How to Survive in the Wilderness Alone

How to Survive in the Wilderness AlonEveryone who frequents the backcountry should learn basic survival skills. Accidents sometimes happen that could place you alone in a strange environment. To lessen the chances of having to survive, always leave a trip itinerary with someone you can trust, and don't hike alone. Familiarize yourself with the characteristics of the land that you will visit, and get acquainted with any new gear you take. Also, remember that surviving is ultimately about getting out of the wilderness. Staying in the backcountry for extended periods requires advanced skills.

Instructions

Difficulty: Challenging

What to do:

Things You’ll Need:
  • Map and compass, or GPS unit
  • Shelter
  • Water purification filter or chemicals
  • Fire-starting materials
 
Step 1
Don't panic. When people panic in the woods, they often start walking or even running, searching frantically for the right trail or a familiar landmark. More often than not, this results in disorientation and can get you even more lost. Sit down instead, and breathe slowly and deeply for several minutes. When you feel calm, take a look around and get your bearings. You may spot a path that you would have passed over in a frantic search.
Step 2
Use a map and compass, GPS unit or memory to estimate where you are. Basic orienteering skills and gear will help you. A map and compass should always be in your pack in the backcountry.
Step 3
Decide whether to move or stay put. If you left a trip itinerary with someone, rescue might come soon after that person realizes you are overdue. Staying near your original route is a good idea in this case. If you have already wandered far or if you're able to pinpoint your location and see an escape route, hiking out is better. In many situations, lost hikers can get themselves to safety before their food runs out.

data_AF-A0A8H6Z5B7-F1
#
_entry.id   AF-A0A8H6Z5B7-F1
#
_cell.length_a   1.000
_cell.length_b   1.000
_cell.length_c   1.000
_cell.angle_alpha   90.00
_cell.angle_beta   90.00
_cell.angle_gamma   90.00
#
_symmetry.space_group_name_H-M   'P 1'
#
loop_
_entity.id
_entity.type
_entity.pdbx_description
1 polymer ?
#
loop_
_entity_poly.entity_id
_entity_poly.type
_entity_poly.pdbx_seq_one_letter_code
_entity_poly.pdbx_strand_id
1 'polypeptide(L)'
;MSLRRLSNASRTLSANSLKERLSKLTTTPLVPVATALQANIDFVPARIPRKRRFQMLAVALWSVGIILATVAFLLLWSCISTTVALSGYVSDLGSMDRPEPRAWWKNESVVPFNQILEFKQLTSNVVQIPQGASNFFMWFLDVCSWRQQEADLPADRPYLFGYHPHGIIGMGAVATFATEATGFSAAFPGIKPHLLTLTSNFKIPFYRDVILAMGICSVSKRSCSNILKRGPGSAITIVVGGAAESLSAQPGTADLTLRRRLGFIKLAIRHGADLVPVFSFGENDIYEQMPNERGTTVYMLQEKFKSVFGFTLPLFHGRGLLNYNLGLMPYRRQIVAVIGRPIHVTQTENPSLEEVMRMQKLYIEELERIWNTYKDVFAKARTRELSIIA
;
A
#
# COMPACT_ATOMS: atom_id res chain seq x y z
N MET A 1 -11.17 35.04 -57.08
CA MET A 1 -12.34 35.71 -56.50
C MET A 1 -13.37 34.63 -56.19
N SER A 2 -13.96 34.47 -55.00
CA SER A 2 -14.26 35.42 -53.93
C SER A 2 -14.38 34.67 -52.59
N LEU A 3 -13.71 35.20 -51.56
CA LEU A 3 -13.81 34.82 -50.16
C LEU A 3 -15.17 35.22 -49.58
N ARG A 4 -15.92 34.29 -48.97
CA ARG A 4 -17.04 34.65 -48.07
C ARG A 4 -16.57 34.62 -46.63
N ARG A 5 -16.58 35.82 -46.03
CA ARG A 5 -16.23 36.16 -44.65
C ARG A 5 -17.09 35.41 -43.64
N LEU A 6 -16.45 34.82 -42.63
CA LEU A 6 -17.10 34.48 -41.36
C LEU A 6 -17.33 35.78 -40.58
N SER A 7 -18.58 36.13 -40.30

Step 4
Make the best of your gear. If you're in the backcountry for an overnight or extended stay, you should have a small supply of food, cookware, shelter and warm clothes. A cooking stove can even be used as a makeshift fire starter. This equipment makes it relatively easy to stay in one location for up to several days. If you have no gear but are familiar with the land and know your own location, consider trying to hike out.
Step 5
Find shelter and water during the night and build a fire, if possible. Shelter is more immediately important than food, since hypothermia can be caused quickly by low nighttime temperatures and moisture from dew and rain. A fire will also help you stay warm and offer psychological benefits. Drink clean water as often as you can to combat dehydration, which also can increase the risk for hypothermia.
Step 6
Make a signal fire if you stay in one place for a long time. Build it with dry materials on the bottom that can burn hot enough to ignite green leaves and branches. Place it on bare ground far from dry grass, leaves or other materials that might cause an uncontrollable blaze.
 

Tips & Warnings

 
You may have to move a short distance to find shelter and water even if you plan to wait for rescue. Just remain in the same general area if you can so that search teams won't miss you. Don't tire yourself when you move. Energy is extremely valuable, especially if you have no food. Keep hydrated and rest often.
 
You may have to move a short distance to find shelter and water even if you plan to wait for rescue. Just remain in the same general area if you can so that search teams won't miss you.
 
Don't tire yourself when you move. Energy is extremely valuable, especially if you have no food. Keep hydrated and rest often.
 
Don't eat any wild plants unless you've been trained in the edible varieties of the area. The danger of poisoning yourself is very high if you're inexperienced.

Article Written By Greg Johnson

Greg Johnson earned his Bachelor of Arts in creative writing from The Ohio University. He has been a professional writer since 2008, specializing in outdoors content and instruction. Johnson's poetry has appeared in such publications as "Sphere" and "17 1/2 Magazine."

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